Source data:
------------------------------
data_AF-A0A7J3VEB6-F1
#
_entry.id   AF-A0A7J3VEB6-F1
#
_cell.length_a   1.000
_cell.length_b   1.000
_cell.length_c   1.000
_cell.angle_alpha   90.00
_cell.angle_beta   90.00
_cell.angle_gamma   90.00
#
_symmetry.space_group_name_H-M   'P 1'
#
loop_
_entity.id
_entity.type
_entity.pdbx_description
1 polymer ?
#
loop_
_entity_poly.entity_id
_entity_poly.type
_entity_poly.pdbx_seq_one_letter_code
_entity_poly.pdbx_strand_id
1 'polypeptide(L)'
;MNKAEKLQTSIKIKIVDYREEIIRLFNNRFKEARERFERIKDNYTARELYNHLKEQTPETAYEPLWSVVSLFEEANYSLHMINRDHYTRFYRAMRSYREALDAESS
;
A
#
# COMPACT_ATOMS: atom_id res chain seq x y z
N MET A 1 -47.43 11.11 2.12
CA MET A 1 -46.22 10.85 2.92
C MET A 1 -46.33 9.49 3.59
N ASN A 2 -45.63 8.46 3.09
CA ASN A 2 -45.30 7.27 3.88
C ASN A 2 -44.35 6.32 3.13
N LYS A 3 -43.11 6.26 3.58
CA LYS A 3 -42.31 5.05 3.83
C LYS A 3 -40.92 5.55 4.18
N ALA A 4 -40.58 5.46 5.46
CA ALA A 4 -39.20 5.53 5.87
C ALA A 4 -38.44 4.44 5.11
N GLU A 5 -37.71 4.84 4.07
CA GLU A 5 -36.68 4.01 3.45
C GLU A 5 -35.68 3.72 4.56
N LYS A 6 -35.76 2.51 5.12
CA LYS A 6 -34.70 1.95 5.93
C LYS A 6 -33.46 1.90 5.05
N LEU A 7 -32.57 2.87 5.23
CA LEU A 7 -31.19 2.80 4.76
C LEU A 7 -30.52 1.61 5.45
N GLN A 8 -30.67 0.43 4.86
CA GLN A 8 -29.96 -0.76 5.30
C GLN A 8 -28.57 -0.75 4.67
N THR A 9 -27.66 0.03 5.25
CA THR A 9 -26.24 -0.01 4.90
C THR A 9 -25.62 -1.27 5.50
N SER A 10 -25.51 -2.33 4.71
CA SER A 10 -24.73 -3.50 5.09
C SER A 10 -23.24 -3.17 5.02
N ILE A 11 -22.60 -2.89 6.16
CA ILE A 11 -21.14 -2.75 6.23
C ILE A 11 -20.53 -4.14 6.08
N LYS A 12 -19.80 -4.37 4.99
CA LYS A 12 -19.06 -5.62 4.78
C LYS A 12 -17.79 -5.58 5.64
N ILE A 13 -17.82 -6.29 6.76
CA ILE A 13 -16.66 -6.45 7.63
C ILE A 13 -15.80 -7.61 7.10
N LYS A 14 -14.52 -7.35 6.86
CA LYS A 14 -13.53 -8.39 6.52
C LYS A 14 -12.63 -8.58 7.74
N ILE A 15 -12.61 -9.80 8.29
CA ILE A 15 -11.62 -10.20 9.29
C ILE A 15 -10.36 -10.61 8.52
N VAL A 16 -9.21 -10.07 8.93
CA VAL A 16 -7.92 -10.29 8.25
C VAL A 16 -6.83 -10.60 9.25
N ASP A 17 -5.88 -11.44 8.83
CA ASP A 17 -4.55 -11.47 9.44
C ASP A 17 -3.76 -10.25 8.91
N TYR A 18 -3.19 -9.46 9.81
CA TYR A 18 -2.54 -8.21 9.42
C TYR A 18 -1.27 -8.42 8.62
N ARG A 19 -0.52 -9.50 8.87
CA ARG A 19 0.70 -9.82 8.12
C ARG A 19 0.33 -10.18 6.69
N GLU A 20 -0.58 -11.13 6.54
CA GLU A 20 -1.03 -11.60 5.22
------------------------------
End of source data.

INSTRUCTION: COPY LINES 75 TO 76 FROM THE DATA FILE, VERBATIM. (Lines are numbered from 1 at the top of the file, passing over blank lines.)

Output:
C ILE A 15 -10.36 -10.61 8.52
N VAL A 16 -9.21 -10.07 8.93